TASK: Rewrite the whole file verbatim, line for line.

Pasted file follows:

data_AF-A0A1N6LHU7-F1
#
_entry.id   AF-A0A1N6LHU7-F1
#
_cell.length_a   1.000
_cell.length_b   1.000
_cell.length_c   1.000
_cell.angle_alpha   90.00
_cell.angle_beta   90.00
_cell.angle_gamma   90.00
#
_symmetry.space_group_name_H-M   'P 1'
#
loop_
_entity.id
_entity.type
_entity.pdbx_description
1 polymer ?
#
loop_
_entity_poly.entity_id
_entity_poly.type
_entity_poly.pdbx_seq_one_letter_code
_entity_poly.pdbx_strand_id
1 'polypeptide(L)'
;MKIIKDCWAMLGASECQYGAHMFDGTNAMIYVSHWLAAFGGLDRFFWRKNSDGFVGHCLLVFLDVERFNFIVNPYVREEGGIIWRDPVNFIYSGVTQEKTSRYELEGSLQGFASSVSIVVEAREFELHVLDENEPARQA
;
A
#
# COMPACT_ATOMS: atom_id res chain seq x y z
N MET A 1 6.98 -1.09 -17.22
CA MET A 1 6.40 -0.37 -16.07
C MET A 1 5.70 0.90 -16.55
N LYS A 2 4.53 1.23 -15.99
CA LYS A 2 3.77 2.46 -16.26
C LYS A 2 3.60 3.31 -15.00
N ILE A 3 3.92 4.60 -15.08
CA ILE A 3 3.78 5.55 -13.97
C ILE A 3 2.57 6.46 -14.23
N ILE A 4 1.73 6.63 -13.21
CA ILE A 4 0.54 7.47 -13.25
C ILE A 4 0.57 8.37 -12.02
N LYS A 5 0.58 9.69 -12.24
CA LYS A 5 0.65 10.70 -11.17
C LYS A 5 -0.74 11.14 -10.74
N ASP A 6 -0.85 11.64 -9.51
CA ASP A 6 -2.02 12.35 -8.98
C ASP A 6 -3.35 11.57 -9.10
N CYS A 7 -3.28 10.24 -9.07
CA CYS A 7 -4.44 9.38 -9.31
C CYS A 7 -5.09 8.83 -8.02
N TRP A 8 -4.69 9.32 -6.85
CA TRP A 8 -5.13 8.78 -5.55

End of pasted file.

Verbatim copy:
data_AF-A0A1N6LHU7-F1
#
_entry.id   AF-A0A1N6LHU7-F1
#
_cell.length_a   1.000
_cell.length_b   1.000
_cell.length_c   1.000
_cell.angle_alpha   90.00
_cell.angle_beta   90.00
_cell.angle_gamma   90.00
#
_symmetry.space_group_name_H-M   'P 1'
#
loop_
_entity.id
_entity.type
_entity.pdbx_description
1 polymer ?
#
loop_
_entity_poly.entity_id
_entity_poly.type
_entity_poly.pdbx_seq_one_letter_code
_entity_poly.pdbx_strand_id
1 'polypeptide(L)'
;MKIIKDCWAMLGASECQYGAHMFDGTNAMIYVSHWLAAFGGLDRFFWRKNSDGFVGHCLLVFLDVERFNFIVNPYVREEGGIIWRDPVNFIYSGVTQEKTSRYELEGSLQGFASSVSIVVEAREFELHVLDENEPARQA
;
A
#
# COMPACT_ATOMS: atom_id res chain seq x y z
N MET A 1 6.98 -1.09 -17.22
CA MET A 1 6.40 -0.37 -16.07
C MET A 1 5.70 0.90 -16.55
N LYS A 2 4.53 1.23 -15.99
CA LYS A 2 3.77 2.46 -16.26
C LYS A 2 3.60 3.31 -15.00
N ILE A 3 3.92 4.60 -15.08
CA ILE A 3 3.78 5.55 -13.97
C ILE A 3 2.57 6.46 -14.23
N ILE A 4 1.73 6.63 -13.21
CA ILE A 4 0.54 7.47 -13.25
C ILE A 4 0.57 8.37 -12.02
N LYS A 5 0.58 9.69 -12.24
CA LYS A 5 0.65 10.70 -11.17
C LYS A 5 -0.74 11.14 -10.74
N ASP A 6 -0.85 11.64 -9.51
CA ASP A 6 -2.02 12.35 -8.98
C ASP A 6 -3.35 11.57 -9.10
N CYS A 7 -3.28 10.24 -9.07
CA CYS A 7 -4.44 9.38 -9.31
C CYS A 7 -5.09 8.83 -8.02
N TRP A 8 -4.69 9.32 -6.85
CA TRP A 8 -5.13 8.78 -5.55